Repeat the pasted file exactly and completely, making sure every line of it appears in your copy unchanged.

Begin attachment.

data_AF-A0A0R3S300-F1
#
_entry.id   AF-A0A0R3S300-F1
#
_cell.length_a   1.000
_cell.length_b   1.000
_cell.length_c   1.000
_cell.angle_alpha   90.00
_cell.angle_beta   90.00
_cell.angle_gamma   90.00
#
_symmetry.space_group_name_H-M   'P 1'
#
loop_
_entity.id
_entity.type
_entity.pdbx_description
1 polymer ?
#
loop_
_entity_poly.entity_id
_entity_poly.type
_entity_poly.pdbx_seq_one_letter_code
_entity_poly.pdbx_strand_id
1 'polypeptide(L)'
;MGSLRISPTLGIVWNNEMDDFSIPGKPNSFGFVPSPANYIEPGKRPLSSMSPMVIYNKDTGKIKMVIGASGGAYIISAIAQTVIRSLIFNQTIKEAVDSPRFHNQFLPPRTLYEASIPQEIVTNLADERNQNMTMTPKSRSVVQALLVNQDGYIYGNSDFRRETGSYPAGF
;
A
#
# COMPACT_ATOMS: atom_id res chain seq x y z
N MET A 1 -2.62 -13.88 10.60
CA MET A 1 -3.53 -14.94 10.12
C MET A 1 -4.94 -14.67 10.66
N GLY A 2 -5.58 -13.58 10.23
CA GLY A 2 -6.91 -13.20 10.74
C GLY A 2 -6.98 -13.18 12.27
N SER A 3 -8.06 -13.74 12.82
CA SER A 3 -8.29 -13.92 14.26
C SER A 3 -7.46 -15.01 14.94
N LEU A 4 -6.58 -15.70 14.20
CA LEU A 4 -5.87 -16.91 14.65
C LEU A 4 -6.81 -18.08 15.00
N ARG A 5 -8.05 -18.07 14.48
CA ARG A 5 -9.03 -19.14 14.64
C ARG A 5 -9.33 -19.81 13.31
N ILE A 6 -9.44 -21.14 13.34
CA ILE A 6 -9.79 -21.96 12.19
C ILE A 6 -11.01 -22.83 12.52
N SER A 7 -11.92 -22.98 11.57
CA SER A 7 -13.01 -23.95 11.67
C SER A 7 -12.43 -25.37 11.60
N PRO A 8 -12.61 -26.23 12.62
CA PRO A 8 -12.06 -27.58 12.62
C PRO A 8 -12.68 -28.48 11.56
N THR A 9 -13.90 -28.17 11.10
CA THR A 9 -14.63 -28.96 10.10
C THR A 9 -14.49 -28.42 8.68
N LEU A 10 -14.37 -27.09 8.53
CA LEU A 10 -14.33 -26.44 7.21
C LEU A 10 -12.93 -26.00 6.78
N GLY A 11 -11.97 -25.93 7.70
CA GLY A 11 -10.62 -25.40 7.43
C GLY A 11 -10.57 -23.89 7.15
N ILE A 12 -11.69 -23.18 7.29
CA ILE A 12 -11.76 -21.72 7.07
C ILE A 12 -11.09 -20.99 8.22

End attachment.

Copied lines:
data_AF-A0A0R3S300-F1
#
_entry.id   AF-A0A0R3S300-F1
#
_cell.length_a   1.000
_cell.length_b   1.000
_cell.length_c   1.000
_cell.angle_alpha   90.00
_cell.angle_beta   90.00
_cell.angle_gamma   90.00
#
_symmetry.space_group_name_H-M   'P 1'
#
loop_
_entity.id
_entity.type
_entity.pdbx_description
1 polymer ?
#
loop_
_entity_poly.entity_id
_entity_poly.type
_entity_poly.pdbx_seq_one_letter_code
_entity_poly.pdbx_strand_id
1 'polypeptide(L)'
;MGSLRISPTLGIVWNNEMDDFSIPGKPNSFGFVPSPANYIEPGKRPLSSMSPMVIYNKDTGKIKMVIGASGGAYIISAIAQTVIRSLIFNQTIKEAVDSPRFHNQFLPPRTLYEASIPQEIVTNLADERNQNMTMTPKSRSVVQALLVNQDGYIYGNSDFRRETGSYPAGF
;
A
#
# COMPACT_ATOMS: atom_id res chain seq x y z
N MET A 1 -2.62 -13.88 10.60
CA MET A 1 -3.53 -14.94 10.12
C MET A 1 -4.94 -14.67 10.66
N GLY A 2 -5.58 -13.58 10.23
CA GLY A 2 -6.91 -13.20 10.74
C GLY A 2 -6.98 -13.18 12.27
N SER A 3 -8.06 -13.74 12.82
CA SER A 3 -8.29 -13.92 14.26
C SER A 3 -7.46 -15.01 14.94
N LEU A 4 -6.58 -15.70 14.20
CA LEU A 4 -5.87 -16.91 14.65
C LEU A 4 -6.81 -18.08 15.00
N ARG A 5 -8.05 -18.07 14.48
CA ARG A 5 -9.03 -19.14 14.64
C ARG A 5 -9.33 -19.81 13.31
N ILE A 6 -9.44 -21.14 13.34
CA ILE A 6 -9.79 -21.96 12.19
C ILE A 6 -11.01 -22.83 12.52
N SER A 7 -11.92 -22.98 11.57
CA SER A 7 -13.01 -23.95 11.67
C SER A 7 -12.43 -25.37 11.60
N PRO A 8 -12.61 -26.23 12.62
CA PRO A 8 -12.06 -27.58 12.62
C PRO A 8 -12.68 -28.48 11.56
N THR A 9 -13.90 -28.17 11.10
CA THR A 9 -14.63 -28.96 10.10
C THR A 9 -14.49 -28.42 8.68
N LEU A 10 -14.37 -27.09 8.53
CA LEU A 10 -14.33 -26.44 7.21
C LEU A 10 -12.93 -26.00 6.78
N GLY A 11 -11.97 -25.93 7.70
CA GLY A 11 -10.62 -25.40 7.43
C GLY A 11 -10.57 -23.89 7.15
N ILE A 12 -11.69 -23.18 7.29
CA ILE A 12 -11.76 -21.72 7.07
C ILE A 12 -11.09 -20.99 8.22